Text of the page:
“Identify the things that might block your path or keep it slow and small… an opportunity to recognise energy leaks, concerns, emotional ties and individual and cultural beliefs… Acknowledge these influences to design around them… Voice concerns and highlight potential problems…Begin putting strategies in place… what do I need to say no to? Recognise that limits will change over time.” L. Macnamara in People and Permaculture 2012
I have considered ‘limits’ for Muddy Boots in terms of four specific areas; myself, others, space and resources. I asked lots of questions of myself without really feeling I had to strive to find the answers at this stage. It seems like a big long list of anxieties and questions, however it is useful to put them out here and get them out of my head!
MYSELF – Do I have sufficient time, energy, confidence and skills to steer this project on my own? Can I keep up the momentum for the group? Will my own children enjoy it or will they find it difficult with their mummy being so busy during the group sessions? Have I got enough support from other group members, other allotment users, my husband, my friends, the Permaculture community etc? Can I come up with fun ideas to keep everyone engaged? Are my ideas age appropriate? What about the safety aspect of using the allotment? Are we covered for insurance/ first aid/ theft etc? Is this too much pressure to place onto myself? What paperwork will I need to complete?
OTHERS – Will people want to come along at all? What would people consider a suitable donation to pay? Will people be willing to contribute in other ways, such as donating plants, seeds, compost, time? Will people want to participate in the running of the group? Should i set up a steering group? Will the people be nice and understand what we are trying to achieve with Muddy Boots? Will they expect too much? What if no one/ too many people come? How would I cope with that? Where and how should I advertise the group?
SPACE – Are the other users of the community allotment happy for us to be there, using the plot and making changes within the education space? Will there be an anti-youth feeling? Will Sue and the other major users feel that I am stepping on their toes? How will I manage these relationships? Will I be able to get the space ready on time for the first session? Will I be able to keep everything weeded and watered when I have very little time to actually spend down at the allotment? Can I ask the Tuesday group for help with this? Is the space safe and suitable for the group to use? Have we got the scope to develop as I would like? What about use of the sheds? Can I get keys’ cut? Am I happy to be the key holder? Do we need to contribute to the site insurance costs? Is there anything we can’t do on the site? Are there restrictions on the hours I can gain access?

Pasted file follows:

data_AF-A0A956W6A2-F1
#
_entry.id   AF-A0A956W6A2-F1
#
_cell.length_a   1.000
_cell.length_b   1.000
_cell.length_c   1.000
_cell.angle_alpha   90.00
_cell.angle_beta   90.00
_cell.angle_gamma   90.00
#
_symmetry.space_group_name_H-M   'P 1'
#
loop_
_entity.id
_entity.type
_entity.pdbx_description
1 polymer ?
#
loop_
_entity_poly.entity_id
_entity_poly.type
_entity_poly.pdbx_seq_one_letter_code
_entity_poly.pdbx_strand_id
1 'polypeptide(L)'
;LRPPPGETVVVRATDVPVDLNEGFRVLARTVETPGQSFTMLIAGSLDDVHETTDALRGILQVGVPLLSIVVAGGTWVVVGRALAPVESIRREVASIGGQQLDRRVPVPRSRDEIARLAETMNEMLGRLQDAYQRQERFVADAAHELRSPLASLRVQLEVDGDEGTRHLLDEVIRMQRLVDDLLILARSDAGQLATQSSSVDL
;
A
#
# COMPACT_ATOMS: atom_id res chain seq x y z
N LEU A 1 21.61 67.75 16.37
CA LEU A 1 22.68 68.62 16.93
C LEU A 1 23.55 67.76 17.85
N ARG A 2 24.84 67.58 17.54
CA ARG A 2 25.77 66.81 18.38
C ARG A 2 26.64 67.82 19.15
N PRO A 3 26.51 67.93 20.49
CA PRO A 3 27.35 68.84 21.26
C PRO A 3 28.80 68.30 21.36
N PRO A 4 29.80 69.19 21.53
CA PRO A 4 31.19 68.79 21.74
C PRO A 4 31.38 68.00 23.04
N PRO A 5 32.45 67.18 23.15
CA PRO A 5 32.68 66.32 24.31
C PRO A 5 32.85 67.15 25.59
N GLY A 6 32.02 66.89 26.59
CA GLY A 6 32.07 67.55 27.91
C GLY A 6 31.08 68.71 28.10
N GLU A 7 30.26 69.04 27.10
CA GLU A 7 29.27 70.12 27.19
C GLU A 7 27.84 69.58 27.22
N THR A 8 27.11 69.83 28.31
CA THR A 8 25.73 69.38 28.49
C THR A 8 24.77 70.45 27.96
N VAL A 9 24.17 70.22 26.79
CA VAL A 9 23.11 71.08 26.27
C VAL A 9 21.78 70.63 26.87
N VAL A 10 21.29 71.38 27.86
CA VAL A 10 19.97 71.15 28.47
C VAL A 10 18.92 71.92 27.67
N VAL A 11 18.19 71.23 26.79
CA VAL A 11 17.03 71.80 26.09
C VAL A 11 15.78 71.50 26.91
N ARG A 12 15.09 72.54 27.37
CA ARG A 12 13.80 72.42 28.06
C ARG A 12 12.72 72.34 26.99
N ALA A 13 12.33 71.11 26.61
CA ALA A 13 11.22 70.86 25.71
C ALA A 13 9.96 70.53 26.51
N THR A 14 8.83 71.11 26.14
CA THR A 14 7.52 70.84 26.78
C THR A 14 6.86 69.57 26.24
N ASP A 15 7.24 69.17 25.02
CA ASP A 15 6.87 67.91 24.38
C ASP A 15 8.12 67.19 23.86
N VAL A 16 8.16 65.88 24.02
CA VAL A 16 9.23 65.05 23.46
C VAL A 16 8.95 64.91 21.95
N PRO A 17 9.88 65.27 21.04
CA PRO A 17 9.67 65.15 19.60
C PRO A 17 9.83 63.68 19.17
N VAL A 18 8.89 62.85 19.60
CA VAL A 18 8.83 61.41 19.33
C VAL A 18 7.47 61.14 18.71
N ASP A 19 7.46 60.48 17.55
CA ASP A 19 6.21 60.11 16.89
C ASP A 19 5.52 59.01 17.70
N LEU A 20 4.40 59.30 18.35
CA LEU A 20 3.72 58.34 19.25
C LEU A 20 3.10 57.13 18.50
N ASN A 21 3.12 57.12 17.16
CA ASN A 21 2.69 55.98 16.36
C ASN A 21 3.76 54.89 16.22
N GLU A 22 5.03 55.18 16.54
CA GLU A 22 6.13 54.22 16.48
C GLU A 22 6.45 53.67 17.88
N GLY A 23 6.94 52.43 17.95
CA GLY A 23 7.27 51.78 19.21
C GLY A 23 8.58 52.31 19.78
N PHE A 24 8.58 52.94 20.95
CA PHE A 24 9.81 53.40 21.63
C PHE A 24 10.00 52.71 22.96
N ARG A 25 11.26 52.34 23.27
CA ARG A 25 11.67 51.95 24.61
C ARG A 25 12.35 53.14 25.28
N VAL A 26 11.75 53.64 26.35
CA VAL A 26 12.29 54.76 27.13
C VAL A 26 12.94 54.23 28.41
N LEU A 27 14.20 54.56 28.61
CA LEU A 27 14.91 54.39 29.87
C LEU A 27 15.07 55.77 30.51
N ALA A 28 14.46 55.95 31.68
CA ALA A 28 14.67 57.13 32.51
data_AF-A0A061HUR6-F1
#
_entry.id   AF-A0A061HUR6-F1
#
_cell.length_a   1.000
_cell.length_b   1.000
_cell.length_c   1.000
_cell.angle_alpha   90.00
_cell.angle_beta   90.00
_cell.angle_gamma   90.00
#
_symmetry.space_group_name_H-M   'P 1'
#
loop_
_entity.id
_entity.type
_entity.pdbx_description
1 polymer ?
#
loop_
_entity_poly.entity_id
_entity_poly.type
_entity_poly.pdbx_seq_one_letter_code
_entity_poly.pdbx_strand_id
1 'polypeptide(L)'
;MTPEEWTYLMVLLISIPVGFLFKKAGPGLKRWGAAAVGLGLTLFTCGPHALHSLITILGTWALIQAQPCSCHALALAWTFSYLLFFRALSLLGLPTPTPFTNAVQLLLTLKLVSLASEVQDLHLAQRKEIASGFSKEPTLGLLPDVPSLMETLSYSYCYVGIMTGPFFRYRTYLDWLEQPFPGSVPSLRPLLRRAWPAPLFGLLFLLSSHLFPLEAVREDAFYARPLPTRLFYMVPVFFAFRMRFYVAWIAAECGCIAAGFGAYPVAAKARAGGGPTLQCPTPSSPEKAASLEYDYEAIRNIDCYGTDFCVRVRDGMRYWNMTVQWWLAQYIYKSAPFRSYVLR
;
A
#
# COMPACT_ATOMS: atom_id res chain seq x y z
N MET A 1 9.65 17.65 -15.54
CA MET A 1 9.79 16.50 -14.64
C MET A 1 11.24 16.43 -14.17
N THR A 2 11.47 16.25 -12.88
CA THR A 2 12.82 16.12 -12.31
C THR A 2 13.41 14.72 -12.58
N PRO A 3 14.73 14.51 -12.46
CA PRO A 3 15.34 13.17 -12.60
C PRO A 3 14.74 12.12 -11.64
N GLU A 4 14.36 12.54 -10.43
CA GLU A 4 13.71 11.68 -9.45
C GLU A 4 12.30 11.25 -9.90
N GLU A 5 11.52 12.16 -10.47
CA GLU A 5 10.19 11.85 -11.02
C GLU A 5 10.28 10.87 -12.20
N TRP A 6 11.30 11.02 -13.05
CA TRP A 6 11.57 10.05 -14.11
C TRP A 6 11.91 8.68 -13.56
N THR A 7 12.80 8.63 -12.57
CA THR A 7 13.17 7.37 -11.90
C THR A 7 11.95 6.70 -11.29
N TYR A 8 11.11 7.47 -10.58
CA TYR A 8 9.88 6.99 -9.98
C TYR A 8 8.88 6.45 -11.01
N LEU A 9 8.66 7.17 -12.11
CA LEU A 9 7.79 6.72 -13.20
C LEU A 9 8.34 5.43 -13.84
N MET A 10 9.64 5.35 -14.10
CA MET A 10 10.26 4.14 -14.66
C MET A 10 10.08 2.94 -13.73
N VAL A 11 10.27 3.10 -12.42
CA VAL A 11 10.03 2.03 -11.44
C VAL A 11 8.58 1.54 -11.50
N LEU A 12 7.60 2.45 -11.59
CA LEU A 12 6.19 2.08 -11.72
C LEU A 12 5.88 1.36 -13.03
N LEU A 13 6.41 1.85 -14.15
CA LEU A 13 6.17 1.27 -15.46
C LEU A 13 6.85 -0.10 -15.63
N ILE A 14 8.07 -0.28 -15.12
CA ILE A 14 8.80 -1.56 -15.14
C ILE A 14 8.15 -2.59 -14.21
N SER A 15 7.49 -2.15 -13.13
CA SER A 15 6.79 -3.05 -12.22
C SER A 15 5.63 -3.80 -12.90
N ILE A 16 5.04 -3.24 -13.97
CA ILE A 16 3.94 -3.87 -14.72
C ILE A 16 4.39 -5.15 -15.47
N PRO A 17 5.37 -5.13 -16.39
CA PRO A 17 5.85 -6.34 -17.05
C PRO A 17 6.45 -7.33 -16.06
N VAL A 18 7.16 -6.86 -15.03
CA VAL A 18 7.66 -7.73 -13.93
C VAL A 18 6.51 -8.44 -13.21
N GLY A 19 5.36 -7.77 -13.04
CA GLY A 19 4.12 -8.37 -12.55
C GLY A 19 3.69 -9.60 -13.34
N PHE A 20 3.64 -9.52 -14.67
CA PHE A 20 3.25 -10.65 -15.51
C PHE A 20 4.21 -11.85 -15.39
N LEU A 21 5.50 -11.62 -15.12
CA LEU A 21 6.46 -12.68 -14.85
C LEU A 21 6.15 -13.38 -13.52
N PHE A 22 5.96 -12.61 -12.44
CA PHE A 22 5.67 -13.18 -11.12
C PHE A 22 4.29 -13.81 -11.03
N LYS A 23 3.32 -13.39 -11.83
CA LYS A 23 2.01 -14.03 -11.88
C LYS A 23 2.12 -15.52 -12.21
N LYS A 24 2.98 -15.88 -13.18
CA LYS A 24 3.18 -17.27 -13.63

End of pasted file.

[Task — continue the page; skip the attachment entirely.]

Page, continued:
RESOURCES – Do we have enough tools, plants, seeds, compost, toys, books, art materials etc? If not can I really expect them to be donated? Or should I try to fund raise? Can I get help with this? If other people are leading sessions can I ask them to be responsible for their own resources? Can I let go of the control and trust them to do this? Would it stress me out too much? Have I got space to store things at home? Or should I try to keep everything at the allotment in one of the sheds? Where can I find interesting resources and ideas for workshops?
How will I find the answers to these questions?……………………………………………..
This has felt like rather a negative exercise so I will end by looking at some of the positive outcomes of having, or conversely, getting rid of limits.
1. We only have a limited number of sessions, probably around 14 spaced every two weeks from May till October. So the project has a limited lifespan, although I’d hope to repeat it in years to come. This time limit should keep up energy levels and keep focus on achieving good results within a restricted time frame.
2. Each session is only 90 minutes long and the target audience is pre-schoolers. I need to keep both these facts in mind to ensure I am not overly ambitious in trying to achieve unrealistic results.
3. Muddy Boots is no longer managed by a company, it is managed by myself and the participants. So we are free to take the group in whatever direction feels appropriate. To be unrestricted and unlimited like this is great, unusual, liberating and should be enjoyed.
4. The garden space is limited with lots of uses required from it, so the parts we can actively ‘garden’ are limited. This should hopefully make it less of a daunting task if I do end up doing a lot of the maintenance work on my own.
5. Young kid’s imaginations and ambitions are unlimited by the constrains of society. I’d like some sessions to be very loose and take the lead from what the children express an interest in. This has already began to happen in one of the first sessions as explained below!
We try not to limit how the children interact with the planned activities. The idea was for a barefoot walk. The children were to hear the story ‘We are going on a bear hunt’ then walk barefooted around a path with different materials underfoot. When it came to walking through the water trough and feeling the cold water on their feet, a few children much preferred to sit in the water, it was a hot day, so who could blame them!